Saturday, June 4, 2016

CONFESSION OF A PARISH PRIEST MOVING ON

Two sentences in Jack Valero's article in Crux, "It's Time to Consign Clericalism to the Past..." struck my conscience and provoked a "mea culpa, mea culpa, mea maxima culpa" in me:

As result (of clericalism), “we have generated a lay elite, believing that only they are committed laymen who work in the things ‘of the priests,’ and we have forgotten, neglected the believer who often burns his hope in the daily struggle to live the faith. These are the situations that clericalism cannot see, as it is more concerned to dominate areas more than to generate processes.” 

This is my confession:

Bless me laity for I have sinned....

Since about 1994 I have been into Catholic Stewardship as it is understood in the classical sense of the laity and clergy giving of their "time, talent and treasure" to the Church. The key to the sucess of this movement hinges on the "ministries" that are offered in the parish, like Walmart offers merchandise. Having worked in retail for many years, this had/has a certain appeal to me.

The successful parish in this model of Church is one that has people completely engaged in the life of the parish through its many, many ministries and constant institutional activities. There is always something going on at Church!

The reason behind this push to make the parish like Walmart with its services is built upon the psychology of a person who is engaged in the life of the parish in a ministry will be more likely to increase the giving of their treasure. 

Time is described as time in prayer, Bible Study, catechesis and attending Mass and popular devotions such as adoration---noble and we need more of this, no?

Talent is described as giving to the parish what you are best at doing, like teaching, or gardening, or carpentry or maintenance and the such. It also means joinging the choir, being an usher, lectoring, serving the altar and being a Eucharistic minister, serving on committees and doing fund raising. 

Treasure refers to a person's material good, such as money, property and the such and giving a portion of that to the Church, i.e. universal, diocesan and local. The rule of thumb is 10%, 8% to the parish, 1% to the bishop and the rest to charities of one's choice. 

In reality while the number of people who are more engaged in the life of the parish increases, so too does the consumer mentality and the parish becomes like a country club for people to have services and feel engaged in the churchiness of the parish, its institutionalization. 

But in reality it creates what Jack Valero describes:  “we have generated a lay elite, believing that only they are committed laymen who work in the things ‘of the priests,’ 

In reality what we have "aped" is the Protestant congregationalist mentality about being church along with the Walmart mentality and country club mentality.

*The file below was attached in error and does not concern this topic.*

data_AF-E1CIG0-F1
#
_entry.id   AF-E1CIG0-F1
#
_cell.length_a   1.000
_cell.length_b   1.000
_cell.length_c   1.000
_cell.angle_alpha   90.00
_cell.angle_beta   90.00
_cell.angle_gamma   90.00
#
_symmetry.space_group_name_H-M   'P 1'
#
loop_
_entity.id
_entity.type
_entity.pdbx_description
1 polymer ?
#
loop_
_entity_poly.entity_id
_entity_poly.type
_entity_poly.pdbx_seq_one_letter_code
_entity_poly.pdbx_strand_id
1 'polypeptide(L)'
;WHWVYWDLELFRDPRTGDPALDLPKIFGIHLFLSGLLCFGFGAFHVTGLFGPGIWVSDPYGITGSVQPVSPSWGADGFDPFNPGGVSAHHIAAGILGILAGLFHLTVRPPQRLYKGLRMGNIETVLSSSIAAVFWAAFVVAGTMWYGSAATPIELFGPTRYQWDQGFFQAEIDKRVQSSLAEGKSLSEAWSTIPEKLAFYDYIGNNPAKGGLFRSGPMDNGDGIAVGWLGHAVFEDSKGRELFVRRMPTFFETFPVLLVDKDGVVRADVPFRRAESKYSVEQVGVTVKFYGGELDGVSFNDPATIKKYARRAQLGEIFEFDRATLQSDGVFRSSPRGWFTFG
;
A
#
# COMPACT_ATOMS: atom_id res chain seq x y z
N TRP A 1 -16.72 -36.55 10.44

We might have upwards of 15% of the parish into all the activity, but we pay scant attention to the 85% and more who simply want to come the Mass on Sunday and have some sense they are loved by God, given the grace to carry their cross and have some hope that they are forgiven and have the possibility of going to heaven.

How many unsung heroes do we have at Mass each Sunday who will never volunteer nor have any desire to be a lector, Communion Minister, choir member, or attend the myriad of meetings that often politicize the laity and cause them to become power grabbers, shakers and movers.

Most Catholics simply don't want that. They want to be Catholic in the world and find enough grace on Sunday (if they even attend Mass) to make it through the week. Some are marginal Catholics who struggle with their faith and feel even more marginalized because they aren't a part of the eltite doing everything and they have no desire to be a part of the elite.

In as much as I have contributed to the mentality that “we have generated a lay elite, believing that only they are committed laymen who work in the things ‘of the priests,’" I beg pardon of you laity and ask for absolution. 

What are your comments on what constitutes a good Catholic and are good Catholics who don't engage in the institutional aspects of the parish made to feel marginalized when in fact they are the foundation of the Church? 

My final comments: 

In the past a good Catholic was one who was described as "praying, paying and obeying." Today this recipe is mocked by progressives who hate to give, are wont to pray and certainly won't obey!

But this soundbite put all the laity on the same level and what constitutes a good Catholic, one attends Mass every Sunday and Holy Day of Obligation, goes to confession at least once a year and makes their Easter duty, who supports the Church and follows the commandments of God and the laws of the Church and believes in the Deposit of Faith, the faith and morals of the Church. 

In my mind that constitutes a good Catholic who in turn does his or her best to make sure they have a Catholic home and act as Catholics everywhere they find themselves.